The following recommendations could be helpful in widening our business mindset, changing our attitude toward training and effectively influencing the success of companies' short- and long-term goals.
ANTICIPATE. It's not only what a company needs now that's important, but what it will need in the future. Successful companies forecast their talent needs years in advance and build a robust workforce strategy to ensure they'll have the talent they need to win. Companies in the Human Age should look in detail at their current skills, consider their business goals and factor in variables, such as understanding your own internal supply and factoring the amount of natural turnover due to retirees, that will determine the types of skills they need in the future. Weighing all these factors together will enable companies to choose the type of training that can be most useful.
COMMUNICATE WITH EMPLOYEES. Employees have a larger say in the terms of their employment. That includes the type of career training they seek from an employer. If a company doesn't deliver, they are more likely to go elsewhere. That makes it imperative for companies to engage in ongoing dialogue with employees about training and development. The dialogue should allow the employer to show why improving certain skills is important to the business and allow the employee to discuss professional development goals.
TARGET ALL LEVELS AND AREAS. Training still largely focuses on managers and the most skilled workers. But this overlooks significant numbers of lesser skilled employees whose improvement could bolster companies' performance. With the right training, many of these workers may have the potential to assume higher-level positions.
START WITH STUDENTS. The skills shortage starts with students' lack of job readiness. Many schools, colleges and universities simply haven't kept pace with business needs. They need feedback from companies to make changes in curriculum. That means companies should focus some part of their training activities on schools and postsecondary institutions. That way, they increase the likelihood that future candidates will have the skills they need.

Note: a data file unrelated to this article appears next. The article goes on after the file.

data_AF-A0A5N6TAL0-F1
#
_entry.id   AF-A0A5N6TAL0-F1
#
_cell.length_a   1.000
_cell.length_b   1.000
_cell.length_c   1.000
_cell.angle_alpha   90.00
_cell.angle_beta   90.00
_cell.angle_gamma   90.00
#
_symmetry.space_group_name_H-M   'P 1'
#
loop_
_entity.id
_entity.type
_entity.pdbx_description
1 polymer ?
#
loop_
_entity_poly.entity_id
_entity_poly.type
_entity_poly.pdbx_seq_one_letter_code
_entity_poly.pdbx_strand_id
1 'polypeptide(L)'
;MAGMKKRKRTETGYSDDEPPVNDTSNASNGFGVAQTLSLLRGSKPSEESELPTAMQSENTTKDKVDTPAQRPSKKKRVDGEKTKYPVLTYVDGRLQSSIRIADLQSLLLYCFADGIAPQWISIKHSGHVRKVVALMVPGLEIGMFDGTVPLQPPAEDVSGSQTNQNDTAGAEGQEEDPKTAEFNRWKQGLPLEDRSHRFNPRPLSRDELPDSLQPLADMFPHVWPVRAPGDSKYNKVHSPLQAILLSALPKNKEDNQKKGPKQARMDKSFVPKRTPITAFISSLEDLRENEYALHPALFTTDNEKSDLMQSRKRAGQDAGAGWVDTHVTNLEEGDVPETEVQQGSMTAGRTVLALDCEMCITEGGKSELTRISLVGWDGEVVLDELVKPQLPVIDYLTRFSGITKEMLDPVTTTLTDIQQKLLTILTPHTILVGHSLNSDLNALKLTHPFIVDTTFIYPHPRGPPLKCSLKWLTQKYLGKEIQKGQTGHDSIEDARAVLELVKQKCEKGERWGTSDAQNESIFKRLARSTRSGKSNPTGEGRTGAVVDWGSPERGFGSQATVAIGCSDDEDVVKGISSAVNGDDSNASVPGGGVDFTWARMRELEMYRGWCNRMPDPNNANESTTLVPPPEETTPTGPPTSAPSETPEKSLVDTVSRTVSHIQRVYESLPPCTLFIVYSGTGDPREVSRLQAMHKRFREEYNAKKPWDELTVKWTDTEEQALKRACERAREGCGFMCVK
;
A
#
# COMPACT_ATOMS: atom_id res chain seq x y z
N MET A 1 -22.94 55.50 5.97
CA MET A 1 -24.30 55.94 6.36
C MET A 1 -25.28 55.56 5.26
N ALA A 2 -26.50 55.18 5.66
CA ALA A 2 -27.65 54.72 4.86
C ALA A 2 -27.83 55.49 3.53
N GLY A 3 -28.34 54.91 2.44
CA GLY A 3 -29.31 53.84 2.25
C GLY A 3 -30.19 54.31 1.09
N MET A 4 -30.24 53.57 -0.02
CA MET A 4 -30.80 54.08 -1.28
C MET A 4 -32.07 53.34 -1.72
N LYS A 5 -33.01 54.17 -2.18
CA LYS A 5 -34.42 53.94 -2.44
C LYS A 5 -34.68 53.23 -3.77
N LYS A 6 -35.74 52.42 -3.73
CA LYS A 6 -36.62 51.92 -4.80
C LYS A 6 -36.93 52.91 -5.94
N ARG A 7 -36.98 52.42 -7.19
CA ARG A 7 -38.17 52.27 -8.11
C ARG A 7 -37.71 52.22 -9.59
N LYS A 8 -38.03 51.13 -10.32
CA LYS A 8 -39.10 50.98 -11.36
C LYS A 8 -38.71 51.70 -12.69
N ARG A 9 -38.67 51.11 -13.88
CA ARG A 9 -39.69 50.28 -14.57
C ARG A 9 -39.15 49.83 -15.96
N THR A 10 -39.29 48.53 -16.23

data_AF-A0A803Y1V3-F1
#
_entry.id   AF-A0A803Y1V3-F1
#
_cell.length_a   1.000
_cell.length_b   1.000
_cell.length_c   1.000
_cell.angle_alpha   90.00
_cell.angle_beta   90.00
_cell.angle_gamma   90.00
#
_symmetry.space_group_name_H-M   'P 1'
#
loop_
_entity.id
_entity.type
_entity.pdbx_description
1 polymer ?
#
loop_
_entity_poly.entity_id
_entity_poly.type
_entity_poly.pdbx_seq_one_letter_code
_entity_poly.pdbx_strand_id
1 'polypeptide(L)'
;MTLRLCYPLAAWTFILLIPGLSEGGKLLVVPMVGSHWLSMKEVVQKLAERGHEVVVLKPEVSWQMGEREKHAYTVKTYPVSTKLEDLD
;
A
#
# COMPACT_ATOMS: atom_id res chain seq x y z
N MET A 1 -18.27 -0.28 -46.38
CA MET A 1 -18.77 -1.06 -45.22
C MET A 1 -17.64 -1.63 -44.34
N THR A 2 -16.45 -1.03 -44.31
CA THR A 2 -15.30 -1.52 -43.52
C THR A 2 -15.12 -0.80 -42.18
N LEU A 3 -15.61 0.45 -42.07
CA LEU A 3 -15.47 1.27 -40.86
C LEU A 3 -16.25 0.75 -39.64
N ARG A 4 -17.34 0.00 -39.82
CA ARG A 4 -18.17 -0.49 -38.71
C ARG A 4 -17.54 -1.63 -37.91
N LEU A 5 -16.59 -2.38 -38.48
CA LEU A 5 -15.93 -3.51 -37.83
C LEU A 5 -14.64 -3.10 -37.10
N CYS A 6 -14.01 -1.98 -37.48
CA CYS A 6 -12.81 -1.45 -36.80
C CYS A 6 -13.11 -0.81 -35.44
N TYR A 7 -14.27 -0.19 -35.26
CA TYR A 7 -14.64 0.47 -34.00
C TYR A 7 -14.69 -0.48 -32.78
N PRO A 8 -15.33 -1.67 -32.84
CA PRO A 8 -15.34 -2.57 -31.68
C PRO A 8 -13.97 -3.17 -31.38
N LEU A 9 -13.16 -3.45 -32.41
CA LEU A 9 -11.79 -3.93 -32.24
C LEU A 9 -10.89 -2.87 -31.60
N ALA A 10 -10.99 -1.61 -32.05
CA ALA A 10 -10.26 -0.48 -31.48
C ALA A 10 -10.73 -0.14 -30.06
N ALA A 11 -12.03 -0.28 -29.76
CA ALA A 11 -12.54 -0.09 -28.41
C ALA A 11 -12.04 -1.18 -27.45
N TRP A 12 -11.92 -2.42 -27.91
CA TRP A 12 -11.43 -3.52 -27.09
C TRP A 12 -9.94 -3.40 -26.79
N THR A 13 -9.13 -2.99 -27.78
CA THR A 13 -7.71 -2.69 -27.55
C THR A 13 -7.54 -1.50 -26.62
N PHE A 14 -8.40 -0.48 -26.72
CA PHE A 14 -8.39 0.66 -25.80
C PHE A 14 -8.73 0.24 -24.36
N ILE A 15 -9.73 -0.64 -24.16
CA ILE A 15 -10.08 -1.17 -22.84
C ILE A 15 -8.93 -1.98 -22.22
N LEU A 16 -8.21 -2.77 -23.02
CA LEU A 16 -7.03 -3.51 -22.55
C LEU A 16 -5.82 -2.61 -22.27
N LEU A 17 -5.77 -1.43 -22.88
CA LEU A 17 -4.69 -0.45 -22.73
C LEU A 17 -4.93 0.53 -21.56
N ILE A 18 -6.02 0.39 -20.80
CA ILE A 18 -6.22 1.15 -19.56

MAKE TRAINING ACCESSIBLE. The nature of work gives people little time for professional development. Companies have to work with this reality. They need to give employees the time to work on their skills, or at least the option of accessing training resources from anywhere and at anytime. Mobile learning applications are still in an early stage. Companies owe it to themselves to explore how they can make the best use of them.
BE INNOVATIVE. The complexity of the labor market and scale of talent shortages in the Human Age is unprecedented. A new and innovative approach to training and development will be needed to overcome these challenges. For example, in some cases work could be broken down into hyper-specialized roles (divided into ever smaller tasks performed by ever more specialized workers), to enable people to be trained and developed faster. Individuals can also use virtual marketplaces to test and build their skills.